Why the preoccupation with the naked Black body UCT?

2014-07-03 07:16

As you walk in the UCT Oppenheimer Library, you are met with a portrait of a naked white man, on his lap is a black woman, they seem to be having sexual intercourse. The white man has a black mask and the black woman has a white mask. If one goes one level up, you will see a metal sculpture of the naked Sarah Baartman, as you turn to your right, you will be met with another portraits depicting a black woman sitting on what I assume to be a rock with her three children in their underwear in a plastic basin bathing, the surrounding is of a poor dwelling.

As one continues with his tour around UCT, walking into Otto Beit building coming from the food court, on your left, you will be met with a portrait of a bull; inside it is a black man with his genitals exposed. Besides the bull is a little white girl and an Afrikaner man. If one goes to middle campus, you will see several black painted sculptures also with their genitals out in the open, one will also find a similar sculpture in Hoerikwaggo building.

At the entrance of the new Chemical Engineering Building, there is a portrait depicting the poor settlements of what seems to be Khayalisha or Langa. A similar portrait depicting the poor dwelling of black people can be found in the Mafeje room, where the university council meets.

Lest my point becomes redundant, I will halt there on indicating the location of various artworks. I think I have made my point. I would urge members of the UCT community to be vigilant, take a walk around campus in your free time and see for yourself what I speak of. There are many more portraits, sculptures and paintings scattered around campus which do not portray black people in a good way.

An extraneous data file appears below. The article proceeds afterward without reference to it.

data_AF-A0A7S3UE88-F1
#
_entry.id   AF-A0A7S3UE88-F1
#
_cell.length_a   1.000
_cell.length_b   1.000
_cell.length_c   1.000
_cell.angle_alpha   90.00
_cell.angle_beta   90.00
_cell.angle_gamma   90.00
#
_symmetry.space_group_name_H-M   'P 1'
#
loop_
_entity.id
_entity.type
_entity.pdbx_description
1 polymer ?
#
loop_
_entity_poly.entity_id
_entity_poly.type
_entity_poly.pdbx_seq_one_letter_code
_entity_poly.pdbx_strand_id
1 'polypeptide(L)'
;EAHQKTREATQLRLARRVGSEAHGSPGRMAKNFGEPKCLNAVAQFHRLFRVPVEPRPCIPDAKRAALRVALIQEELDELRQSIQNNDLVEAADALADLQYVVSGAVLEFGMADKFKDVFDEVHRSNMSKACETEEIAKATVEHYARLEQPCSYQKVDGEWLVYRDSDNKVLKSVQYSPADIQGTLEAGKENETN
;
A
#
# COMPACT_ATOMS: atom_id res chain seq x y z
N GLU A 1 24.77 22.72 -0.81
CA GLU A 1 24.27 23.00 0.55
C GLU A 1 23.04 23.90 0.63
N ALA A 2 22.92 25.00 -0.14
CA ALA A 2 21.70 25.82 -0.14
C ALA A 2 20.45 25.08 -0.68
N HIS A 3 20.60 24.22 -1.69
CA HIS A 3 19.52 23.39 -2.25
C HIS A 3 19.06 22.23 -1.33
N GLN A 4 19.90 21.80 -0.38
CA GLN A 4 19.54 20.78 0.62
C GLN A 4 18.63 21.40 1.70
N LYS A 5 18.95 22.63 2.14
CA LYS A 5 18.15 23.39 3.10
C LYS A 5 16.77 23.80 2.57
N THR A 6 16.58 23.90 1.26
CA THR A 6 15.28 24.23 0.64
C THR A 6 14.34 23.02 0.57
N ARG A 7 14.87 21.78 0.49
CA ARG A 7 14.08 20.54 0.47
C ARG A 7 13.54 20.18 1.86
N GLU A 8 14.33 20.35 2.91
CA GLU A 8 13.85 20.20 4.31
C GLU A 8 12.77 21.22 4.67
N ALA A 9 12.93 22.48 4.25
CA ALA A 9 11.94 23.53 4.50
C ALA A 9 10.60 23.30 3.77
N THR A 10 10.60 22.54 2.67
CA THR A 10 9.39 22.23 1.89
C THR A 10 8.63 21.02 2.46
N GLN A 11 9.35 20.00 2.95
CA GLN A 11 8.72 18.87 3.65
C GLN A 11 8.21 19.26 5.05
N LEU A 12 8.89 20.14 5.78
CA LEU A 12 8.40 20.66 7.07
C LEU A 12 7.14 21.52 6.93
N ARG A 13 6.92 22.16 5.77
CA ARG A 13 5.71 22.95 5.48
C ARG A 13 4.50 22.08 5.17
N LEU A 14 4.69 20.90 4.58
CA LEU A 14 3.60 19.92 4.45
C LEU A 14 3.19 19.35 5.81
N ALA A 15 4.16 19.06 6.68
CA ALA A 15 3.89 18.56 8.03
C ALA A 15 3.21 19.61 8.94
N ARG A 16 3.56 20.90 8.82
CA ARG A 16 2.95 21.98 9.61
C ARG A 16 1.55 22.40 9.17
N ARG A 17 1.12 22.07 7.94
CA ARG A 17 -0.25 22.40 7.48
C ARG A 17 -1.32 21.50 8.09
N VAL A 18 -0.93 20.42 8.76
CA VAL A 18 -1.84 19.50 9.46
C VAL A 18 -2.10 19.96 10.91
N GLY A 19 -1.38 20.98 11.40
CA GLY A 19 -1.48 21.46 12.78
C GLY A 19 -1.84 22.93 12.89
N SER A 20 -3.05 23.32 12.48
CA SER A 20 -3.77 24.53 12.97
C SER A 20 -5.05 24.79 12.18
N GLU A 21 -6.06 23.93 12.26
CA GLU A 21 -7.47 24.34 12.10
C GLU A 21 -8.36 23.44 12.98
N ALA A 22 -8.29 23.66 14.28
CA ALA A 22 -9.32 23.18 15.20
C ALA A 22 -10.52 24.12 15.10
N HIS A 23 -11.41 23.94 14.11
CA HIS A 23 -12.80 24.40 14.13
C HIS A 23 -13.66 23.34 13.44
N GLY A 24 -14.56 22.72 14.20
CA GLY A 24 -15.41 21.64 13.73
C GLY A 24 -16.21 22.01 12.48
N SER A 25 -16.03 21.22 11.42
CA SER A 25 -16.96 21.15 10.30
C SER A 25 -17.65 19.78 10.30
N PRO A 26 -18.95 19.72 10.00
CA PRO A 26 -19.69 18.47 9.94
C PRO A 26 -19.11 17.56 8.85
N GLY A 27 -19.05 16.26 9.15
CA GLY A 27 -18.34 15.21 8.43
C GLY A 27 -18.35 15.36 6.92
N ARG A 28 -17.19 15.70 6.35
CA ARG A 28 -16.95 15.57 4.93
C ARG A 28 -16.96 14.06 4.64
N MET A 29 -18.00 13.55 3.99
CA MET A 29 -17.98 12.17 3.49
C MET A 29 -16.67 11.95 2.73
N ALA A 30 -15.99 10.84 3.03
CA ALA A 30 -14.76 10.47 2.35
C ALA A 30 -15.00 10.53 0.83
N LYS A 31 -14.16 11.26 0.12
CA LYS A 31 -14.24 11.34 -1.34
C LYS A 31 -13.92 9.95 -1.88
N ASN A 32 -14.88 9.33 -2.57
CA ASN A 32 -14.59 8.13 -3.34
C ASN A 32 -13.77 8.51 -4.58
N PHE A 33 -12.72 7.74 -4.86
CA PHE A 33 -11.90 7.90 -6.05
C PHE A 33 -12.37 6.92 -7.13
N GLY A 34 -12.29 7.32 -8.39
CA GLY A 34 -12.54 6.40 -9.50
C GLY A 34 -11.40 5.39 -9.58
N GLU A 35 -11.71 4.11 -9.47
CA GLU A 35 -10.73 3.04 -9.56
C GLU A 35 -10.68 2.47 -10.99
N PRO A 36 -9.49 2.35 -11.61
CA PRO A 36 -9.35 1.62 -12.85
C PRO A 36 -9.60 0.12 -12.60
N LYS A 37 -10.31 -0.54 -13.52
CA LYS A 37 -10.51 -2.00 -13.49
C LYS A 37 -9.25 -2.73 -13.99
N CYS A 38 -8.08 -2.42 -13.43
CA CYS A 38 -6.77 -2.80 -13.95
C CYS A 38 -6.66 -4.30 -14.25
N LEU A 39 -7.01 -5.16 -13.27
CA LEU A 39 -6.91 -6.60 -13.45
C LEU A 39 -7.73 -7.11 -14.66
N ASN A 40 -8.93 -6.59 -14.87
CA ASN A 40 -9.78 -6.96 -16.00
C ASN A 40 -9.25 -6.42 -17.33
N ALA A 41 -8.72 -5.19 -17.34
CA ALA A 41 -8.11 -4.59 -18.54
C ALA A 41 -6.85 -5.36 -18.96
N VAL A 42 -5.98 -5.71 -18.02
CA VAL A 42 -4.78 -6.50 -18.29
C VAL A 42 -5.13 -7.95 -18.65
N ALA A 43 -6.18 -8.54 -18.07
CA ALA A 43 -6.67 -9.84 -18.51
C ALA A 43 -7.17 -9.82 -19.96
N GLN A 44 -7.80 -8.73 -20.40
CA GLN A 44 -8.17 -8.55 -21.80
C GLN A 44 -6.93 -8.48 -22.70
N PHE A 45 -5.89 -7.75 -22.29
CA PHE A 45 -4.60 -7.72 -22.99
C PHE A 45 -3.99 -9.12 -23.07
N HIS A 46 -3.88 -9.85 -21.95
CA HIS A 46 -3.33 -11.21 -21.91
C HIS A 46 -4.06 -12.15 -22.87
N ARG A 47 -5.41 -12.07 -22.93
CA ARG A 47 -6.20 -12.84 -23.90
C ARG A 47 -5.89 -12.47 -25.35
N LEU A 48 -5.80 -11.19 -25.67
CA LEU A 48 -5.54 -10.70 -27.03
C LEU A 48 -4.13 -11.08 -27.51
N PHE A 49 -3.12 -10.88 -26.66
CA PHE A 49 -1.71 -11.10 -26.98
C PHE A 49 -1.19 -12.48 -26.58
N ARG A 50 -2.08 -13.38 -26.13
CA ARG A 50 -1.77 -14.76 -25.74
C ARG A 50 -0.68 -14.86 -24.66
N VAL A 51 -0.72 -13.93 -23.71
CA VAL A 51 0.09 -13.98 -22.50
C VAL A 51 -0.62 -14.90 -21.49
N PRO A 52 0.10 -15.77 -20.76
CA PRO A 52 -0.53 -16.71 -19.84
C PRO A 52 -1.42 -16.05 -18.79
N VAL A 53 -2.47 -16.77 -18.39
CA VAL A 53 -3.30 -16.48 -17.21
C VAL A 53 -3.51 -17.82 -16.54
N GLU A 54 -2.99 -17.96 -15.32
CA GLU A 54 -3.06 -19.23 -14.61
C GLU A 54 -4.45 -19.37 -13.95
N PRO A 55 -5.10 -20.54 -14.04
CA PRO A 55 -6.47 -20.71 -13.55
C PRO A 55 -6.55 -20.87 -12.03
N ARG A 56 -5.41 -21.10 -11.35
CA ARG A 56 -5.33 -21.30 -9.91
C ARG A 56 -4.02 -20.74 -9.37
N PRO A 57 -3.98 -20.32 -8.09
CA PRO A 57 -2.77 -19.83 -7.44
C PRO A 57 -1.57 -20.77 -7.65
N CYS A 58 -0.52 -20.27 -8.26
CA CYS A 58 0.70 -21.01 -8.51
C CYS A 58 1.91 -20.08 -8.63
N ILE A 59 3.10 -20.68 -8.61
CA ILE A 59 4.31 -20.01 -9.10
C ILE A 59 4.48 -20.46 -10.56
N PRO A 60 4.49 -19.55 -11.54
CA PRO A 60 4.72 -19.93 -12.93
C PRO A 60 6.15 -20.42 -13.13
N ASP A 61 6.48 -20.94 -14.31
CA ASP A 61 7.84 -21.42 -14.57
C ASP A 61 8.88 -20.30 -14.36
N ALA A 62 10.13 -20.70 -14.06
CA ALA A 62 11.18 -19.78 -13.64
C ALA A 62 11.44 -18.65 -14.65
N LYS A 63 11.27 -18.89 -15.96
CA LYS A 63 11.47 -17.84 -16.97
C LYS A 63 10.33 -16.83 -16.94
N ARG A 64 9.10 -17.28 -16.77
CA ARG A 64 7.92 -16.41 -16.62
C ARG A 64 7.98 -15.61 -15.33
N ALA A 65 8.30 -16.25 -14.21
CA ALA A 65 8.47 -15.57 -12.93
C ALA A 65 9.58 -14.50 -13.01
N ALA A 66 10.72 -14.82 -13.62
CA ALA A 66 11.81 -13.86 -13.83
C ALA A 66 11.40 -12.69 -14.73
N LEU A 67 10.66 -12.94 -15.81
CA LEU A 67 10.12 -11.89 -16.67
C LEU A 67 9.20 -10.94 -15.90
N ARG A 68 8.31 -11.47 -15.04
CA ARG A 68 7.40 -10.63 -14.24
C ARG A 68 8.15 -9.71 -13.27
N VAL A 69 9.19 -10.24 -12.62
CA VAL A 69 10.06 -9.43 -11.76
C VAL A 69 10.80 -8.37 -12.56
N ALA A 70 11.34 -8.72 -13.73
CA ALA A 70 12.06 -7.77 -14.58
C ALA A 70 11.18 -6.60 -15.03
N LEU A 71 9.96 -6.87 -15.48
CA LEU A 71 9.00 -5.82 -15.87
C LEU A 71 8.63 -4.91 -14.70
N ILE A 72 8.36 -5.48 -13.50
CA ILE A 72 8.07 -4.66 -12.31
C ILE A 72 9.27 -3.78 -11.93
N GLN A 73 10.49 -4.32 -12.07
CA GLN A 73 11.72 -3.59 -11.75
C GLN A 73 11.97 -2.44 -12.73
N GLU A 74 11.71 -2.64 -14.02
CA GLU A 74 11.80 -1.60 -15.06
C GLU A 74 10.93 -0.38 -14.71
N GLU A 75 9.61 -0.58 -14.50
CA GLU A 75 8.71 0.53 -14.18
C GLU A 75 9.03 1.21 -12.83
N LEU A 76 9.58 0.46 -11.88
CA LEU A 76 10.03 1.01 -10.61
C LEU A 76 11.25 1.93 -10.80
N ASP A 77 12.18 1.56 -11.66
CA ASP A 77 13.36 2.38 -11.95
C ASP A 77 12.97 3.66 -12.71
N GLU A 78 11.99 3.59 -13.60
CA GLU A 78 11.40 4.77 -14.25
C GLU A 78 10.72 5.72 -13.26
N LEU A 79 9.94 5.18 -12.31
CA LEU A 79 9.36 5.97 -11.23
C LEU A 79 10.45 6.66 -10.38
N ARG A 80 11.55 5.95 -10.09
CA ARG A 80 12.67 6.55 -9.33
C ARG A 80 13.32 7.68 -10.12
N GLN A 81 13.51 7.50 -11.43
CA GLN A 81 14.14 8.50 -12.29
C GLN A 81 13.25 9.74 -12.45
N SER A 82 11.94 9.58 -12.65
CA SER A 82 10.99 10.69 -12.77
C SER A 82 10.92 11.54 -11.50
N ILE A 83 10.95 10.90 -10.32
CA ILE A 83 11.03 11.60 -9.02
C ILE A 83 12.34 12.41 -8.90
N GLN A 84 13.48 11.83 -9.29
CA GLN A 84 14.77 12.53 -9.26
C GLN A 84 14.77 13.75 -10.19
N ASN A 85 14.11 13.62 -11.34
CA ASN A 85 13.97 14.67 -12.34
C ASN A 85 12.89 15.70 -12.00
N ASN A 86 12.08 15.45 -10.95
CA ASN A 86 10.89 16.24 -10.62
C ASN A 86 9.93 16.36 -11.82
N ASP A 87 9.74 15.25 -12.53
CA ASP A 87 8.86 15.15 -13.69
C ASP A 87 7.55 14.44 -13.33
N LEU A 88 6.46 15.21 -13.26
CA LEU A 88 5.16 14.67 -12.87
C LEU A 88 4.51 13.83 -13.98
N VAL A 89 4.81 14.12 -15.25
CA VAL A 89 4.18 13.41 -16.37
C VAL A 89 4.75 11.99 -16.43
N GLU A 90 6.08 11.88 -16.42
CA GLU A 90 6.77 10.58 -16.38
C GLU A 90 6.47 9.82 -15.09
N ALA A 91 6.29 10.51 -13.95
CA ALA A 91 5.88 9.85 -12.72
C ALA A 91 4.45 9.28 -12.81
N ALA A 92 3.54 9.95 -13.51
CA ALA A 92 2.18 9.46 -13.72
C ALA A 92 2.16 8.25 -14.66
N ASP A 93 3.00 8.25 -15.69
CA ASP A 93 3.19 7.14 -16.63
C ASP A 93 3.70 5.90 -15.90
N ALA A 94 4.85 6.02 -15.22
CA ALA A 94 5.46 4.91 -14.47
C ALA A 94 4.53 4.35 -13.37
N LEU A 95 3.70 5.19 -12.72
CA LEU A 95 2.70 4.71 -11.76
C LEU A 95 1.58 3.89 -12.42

There is little from UCT institutional symbolism that says “Black child be proud” of your upbringing and in who you are. If the institution really wanted to depict history, why is there no portraits and sculptures of Kwame Nkrumah, Miriam Makeba, Robert Sobukwe, Shaka Zulu, and individuals like Chief Albert Luthuli for example? Why is there no portrait of Timbuktu, the first university to be created, which is located in Africa? If it is history UCT wants to portray, let it not be a skewed one.

Why are there numerous paintings depicting demeaning and humiliating aspects of our past and current circumstance as the black people, yet not even a handful of paintings showing the same of white people? One could legitimately ask; “is this by design or chance?” The latter is not convincing, so I will settle with the former.

Higher institutions of learning, especially previously white only, should reassess all the paintings and sculptures that they have displayed some inappropriate paintings might have been put up pre-1994 and further institutions should be cautious about what is being displayed in the new dispensation. I share the same views with those that say art must be provocative and should be used to depict our history, and further believe that we should infringe upon its role as minimal as possible.

Granted some of the portraits are not demeaning and humiliating in and of themselves, but my concern is not necessarily with individual portraits but with the message the collective paintings are saying about someone of my pigmentation.

In the whole university, I could only find two portraits of the naked white body and rarely will the portraits on the walls depict something demeaning or humiliating of white people. Already the institution is filled with sculptures and statues portraying dominant white males such as the infamous Cecil John Rhodes. Even the names of buildings are dominated by white people.

I have noted two broad themes being recurrent on UCT’s paintings; poverty of black people and the naked black body, more so, the genitalia of the black man. These artworks reinforce the inferiority complex of the black student while concurrently reaffirming the superiority complex of the white student.

All this depiction of black poverty is meant to romanticize poverty. This reminds me of European exchange students who come to Africa for the sole purpose of experiencing poverty and thereby reinforcing their satisfaction about their privileged conditions. I have had quite a few of them boast over having lived for six months in poor conditions and then claim to understand the living conditions of black people in the country, how absurd.

The institutional symbolism around our campus, together with the institutional culture, constitutes the most vivid form of UCT’s eurocentricity. How then can an African student identify with UCT?

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